Burkina Faso_Merriage
In Burkina Faso, forced marriage is a frequent occurrence, especially for girls of a very young age. Over 52 percent of women in the country are married before the age of 18 and 10 percent are married before the age of 15. Forced marriage often puts girls in jeopardy of increasing health resources and losing access to education.

Child marriage rates vary throughout the country but can be as high as 86 percent in some regions. The practice is connected to both poverty and tradition. There are also tangible links to lack of education, with girls being more at risk for child marriage if they are less educated.

Forced marriage in Burkina Faso is technically illegal, but the law is rarely enforced. It does not prevent traditional or religious marriages, which creates a loophole in the law, causing many girls to be forced into marriage. The law also defines a lower legal marriage age for girls than boys. Girls can legally marry at age 17 and boys at age 20. Many girls are married before age 17, despite the current laws in place to prevent the practice.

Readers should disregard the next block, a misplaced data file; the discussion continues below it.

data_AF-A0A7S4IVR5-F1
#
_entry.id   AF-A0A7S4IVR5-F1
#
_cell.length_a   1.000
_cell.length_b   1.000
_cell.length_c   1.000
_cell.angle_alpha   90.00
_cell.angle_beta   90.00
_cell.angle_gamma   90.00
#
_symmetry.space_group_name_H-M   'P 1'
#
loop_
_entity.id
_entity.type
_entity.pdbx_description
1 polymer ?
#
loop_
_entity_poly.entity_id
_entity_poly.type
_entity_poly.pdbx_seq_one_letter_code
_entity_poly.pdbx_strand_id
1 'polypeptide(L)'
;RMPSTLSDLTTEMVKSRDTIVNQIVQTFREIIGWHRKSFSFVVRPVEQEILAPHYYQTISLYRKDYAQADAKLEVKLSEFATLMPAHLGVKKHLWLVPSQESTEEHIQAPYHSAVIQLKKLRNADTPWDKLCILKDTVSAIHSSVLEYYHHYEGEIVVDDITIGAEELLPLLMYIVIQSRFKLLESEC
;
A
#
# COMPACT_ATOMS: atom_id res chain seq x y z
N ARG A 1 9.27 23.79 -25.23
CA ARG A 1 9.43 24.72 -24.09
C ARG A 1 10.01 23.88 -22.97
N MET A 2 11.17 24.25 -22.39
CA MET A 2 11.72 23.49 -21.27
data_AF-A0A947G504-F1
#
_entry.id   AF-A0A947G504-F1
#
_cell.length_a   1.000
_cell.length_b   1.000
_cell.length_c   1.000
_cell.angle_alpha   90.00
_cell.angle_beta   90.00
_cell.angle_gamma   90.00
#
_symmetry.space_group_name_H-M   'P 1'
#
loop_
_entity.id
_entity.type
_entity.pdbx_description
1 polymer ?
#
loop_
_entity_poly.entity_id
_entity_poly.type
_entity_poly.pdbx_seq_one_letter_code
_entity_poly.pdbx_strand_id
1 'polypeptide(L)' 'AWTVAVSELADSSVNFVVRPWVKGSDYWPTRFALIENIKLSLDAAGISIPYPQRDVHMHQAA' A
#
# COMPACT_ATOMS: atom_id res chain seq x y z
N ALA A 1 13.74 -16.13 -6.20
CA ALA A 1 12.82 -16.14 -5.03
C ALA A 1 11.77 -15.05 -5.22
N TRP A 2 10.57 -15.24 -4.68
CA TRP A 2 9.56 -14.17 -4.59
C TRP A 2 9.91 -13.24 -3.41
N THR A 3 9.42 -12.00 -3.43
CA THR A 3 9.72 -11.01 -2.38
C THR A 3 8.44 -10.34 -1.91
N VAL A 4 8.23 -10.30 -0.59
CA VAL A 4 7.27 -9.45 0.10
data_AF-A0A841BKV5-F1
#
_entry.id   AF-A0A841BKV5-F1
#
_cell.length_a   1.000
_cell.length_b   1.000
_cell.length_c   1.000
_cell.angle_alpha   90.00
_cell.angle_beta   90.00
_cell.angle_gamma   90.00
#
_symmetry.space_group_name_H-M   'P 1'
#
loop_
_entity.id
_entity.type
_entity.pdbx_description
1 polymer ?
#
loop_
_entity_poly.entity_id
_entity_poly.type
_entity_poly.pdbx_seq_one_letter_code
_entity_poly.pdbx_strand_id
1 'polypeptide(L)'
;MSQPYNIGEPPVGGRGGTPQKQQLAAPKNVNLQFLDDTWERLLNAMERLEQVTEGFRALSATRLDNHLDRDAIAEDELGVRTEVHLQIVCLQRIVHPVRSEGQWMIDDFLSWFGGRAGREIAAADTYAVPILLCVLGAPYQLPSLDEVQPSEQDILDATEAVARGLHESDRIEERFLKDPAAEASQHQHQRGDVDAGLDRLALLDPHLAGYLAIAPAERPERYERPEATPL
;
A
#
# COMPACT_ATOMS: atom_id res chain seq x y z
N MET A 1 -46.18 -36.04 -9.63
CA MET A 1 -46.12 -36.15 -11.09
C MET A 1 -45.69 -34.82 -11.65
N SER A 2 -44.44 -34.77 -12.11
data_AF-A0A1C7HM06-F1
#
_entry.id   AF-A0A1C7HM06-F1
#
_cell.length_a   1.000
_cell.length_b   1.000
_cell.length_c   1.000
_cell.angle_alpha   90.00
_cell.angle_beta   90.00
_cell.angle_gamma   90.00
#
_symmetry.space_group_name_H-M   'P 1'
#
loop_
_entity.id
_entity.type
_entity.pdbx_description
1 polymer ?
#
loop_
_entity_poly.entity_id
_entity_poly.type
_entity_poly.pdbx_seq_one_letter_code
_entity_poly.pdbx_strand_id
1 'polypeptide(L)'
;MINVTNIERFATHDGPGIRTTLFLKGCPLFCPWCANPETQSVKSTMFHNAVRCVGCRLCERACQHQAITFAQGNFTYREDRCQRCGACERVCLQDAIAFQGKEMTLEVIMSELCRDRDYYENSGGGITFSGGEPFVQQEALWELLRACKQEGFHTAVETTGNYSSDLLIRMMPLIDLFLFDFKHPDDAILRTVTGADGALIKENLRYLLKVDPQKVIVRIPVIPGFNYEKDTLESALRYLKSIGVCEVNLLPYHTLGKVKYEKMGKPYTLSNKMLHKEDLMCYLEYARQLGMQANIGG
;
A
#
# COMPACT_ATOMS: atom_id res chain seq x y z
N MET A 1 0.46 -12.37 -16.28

Girls as young as 11 can be forced into marriage. This equates to a huge age difference between a young girl and her male spouse. The gap can vary from 30 to 50 years. In many cases, these men are engaging in polygamy and already have one or more wives.

Forced marriage is usually motivated by economic or social incentives. Sometimes marriage is promised at birth or during early childhood, often including a dowry from the husband’s family that consists of money or land.

Risks Associated with Forced Marriage

There are numerous health risks for young girls that are forced into marriage. Women are expected to bear children at the husband’s discretion, which can be extremely unsafe at such a young age. Complications during pregnancy may cause injury or even death to the young mother. Physical and sexual violence is also common among forced marriages.

Marrying early endangers girls’ futures as well. Wives are expected to perform all household chores and are often denied access to education or economic opportunity. The level of female access to education in Burkina Faso is already low, at only 64.2 percent, but girls that are forced into marriage are more likely to give up school.

Joint Efforts Toward Prevention

Burkina Faso created a “National Strategy to End Child Marriage” in 2015. The goal of the project is to reduce the occurrence of child marriage by 2025. The strategy is supported by U.N. agencies as well as political and religious leaders throughout the country. Objectives include preventing child marriage and supporting victims of child marriage.

This is a step in the right direction, but the country still has a long way to go to comply with international human rights standards.

Lindsay Harris

Photo: Flickr